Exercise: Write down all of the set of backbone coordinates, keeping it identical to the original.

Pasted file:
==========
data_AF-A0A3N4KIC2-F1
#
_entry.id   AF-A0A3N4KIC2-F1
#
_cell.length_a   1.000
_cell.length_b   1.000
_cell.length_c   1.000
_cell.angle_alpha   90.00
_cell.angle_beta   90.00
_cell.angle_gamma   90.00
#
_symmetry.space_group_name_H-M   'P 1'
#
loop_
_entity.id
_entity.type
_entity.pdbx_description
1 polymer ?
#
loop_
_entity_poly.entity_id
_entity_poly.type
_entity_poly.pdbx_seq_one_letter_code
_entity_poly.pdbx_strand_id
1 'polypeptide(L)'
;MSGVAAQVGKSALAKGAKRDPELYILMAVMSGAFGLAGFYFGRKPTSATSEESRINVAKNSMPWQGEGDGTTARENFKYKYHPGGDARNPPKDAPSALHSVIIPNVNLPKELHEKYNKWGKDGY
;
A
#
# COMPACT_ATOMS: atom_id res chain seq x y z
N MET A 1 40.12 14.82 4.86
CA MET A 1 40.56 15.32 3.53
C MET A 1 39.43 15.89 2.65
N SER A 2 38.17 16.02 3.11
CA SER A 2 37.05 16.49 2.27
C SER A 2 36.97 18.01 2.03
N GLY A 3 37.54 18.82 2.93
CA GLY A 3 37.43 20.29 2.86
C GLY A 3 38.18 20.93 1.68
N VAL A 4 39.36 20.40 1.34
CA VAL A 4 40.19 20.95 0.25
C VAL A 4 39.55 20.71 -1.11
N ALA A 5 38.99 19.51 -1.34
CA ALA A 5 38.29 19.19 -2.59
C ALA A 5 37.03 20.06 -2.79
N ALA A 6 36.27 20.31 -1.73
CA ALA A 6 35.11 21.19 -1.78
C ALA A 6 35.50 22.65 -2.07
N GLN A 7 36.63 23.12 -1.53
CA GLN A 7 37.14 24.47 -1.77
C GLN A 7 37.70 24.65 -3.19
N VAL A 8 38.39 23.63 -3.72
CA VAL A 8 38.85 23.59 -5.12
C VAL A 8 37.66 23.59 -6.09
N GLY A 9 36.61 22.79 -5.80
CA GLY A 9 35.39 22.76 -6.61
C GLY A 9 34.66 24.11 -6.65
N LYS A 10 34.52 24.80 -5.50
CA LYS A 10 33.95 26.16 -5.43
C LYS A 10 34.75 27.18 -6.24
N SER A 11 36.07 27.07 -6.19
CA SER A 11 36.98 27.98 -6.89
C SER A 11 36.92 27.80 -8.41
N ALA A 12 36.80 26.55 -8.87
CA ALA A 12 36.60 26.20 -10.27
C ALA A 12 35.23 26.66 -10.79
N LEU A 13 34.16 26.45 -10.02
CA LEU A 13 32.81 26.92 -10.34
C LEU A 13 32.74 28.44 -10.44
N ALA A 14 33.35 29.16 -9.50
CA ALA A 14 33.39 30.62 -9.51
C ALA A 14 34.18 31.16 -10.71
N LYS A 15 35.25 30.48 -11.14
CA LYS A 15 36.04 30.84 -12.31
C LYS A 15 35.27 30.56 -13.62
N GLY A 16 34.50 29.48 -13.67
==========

data_AF-A0A3N4KIC2-F1
#
_entry.id   AF-A0A3N4KIC2-F1
#
_cell.length_a   1.000
_cell.length_b   1.000
_cell.length_c   1.000
_cell.angle_alpha   90.00
_cell.angle_beta   90.00
_cell.angle_gamma   90.00
#
_symmetry.space_group_name_H-M   'P 1'
#
loop_
_entity.id
_entity.type
_entity.pdbx_description
1 polymer ?
#
loop_
_entity_poly.entity_id
_entity_poly.type
_entity_poly.pdbx_seq_one_letter_code
_entity_poly.pdbx_strand_id
1 'polypeptide(L)'
;MSGVAAQVGKSALAKGAKRDPELYILMAVMSGAFGLAGFYFGRKPTSATSEESRINVAKNSMPWQGEGDGTTARENFKYKYHPGGDARNPPKDAPSALHSVIIPNVNLPKELHEKYNKWGKDGY
;
A
#
# COMPACT_ATOMS: atom_id res chain seq x y z
N MET A 1 40.12 14.82 4.86
CA MET A 1 40.56 15.32 3.53
C MET A 1 39.43 15.89 2.65
N SER A 2 38.17 16.02 3.11
CA SER A 2 37.05 16.49 2.27
C SER A 2 36.97 18.01 2.03
N GLY A 3 37.54 18.82 2.93
CA GLY A 3 37.43 20.29 2.86
C GLY A 3 38.18 20.93 1.68
N VAL A 4 39.36 20.40 1.34
CA VAL A 4 40.19 20.95 0.25
C VAL A 4 39.55 20.71 -1.11
N ALA A 5 38.99 19.51 -1.34
CA ALA A 5 38.29 19.19 -2.59
C ALA A 5 37.03 20.06 -2.79
N ALA A 6 36.27 20.31 -1.73
CA ALA A 6 35.11 21.19 -1.78
C ALA A 6 35.50 22.65 -2.07
N GLN A 7 36.63 23.12 -1.53
CA GLN A 7 37.14 24.47 -1.77
C GLN A 7 37.70 24.65 -3.19
N VAL A 8 38.39 23.63 -3.72
CA VAL A 8 38.85 23.59 -5.12
C VAL A 8 37.66 23.59 -6.09
N GLY A 9 36.61 22.79 -5.80
CA GLY A 9 35.39 22.76 -6.61
C GLY A 9 34.66 24.11 -6.65
N LYS A 10 34.52 24.80 -5.50
CA LYS A 10 33.95 26.16 -5.43
C LYS A 10 34.75 27.18 -6.24
N SER A 11 36.07 27.07 -6.19
CA SER A 11 36.98 27.98 -6.89
C SER A 11 36.92 27.80 -8.41
N ALA A 12 36.80 26.55 -8.87
CA ALA A 12 36.60 26.20 -10.27
C ALA A 12 35.23 26.66 -10.79
N LEU A 13 34.16 26.45 -10.02
CA LEU A 13 32.81 26.92 -10.34
C LEU A 13 32.74 28.44 -10.44
N ALA A 14 33.35 29.16 -9.50
CA ALA A 14 33.39 30.62 -9.51
C ALA A 14 34.18 31.16 -10.71
N LYS A 15 35.25 30.48 -11.14
CA LYS A 15 36.04 30.84 -12.31
C LYS A 15 35.27 30.56 -13.62
N GLY A 16 34.50 29.48 -13.67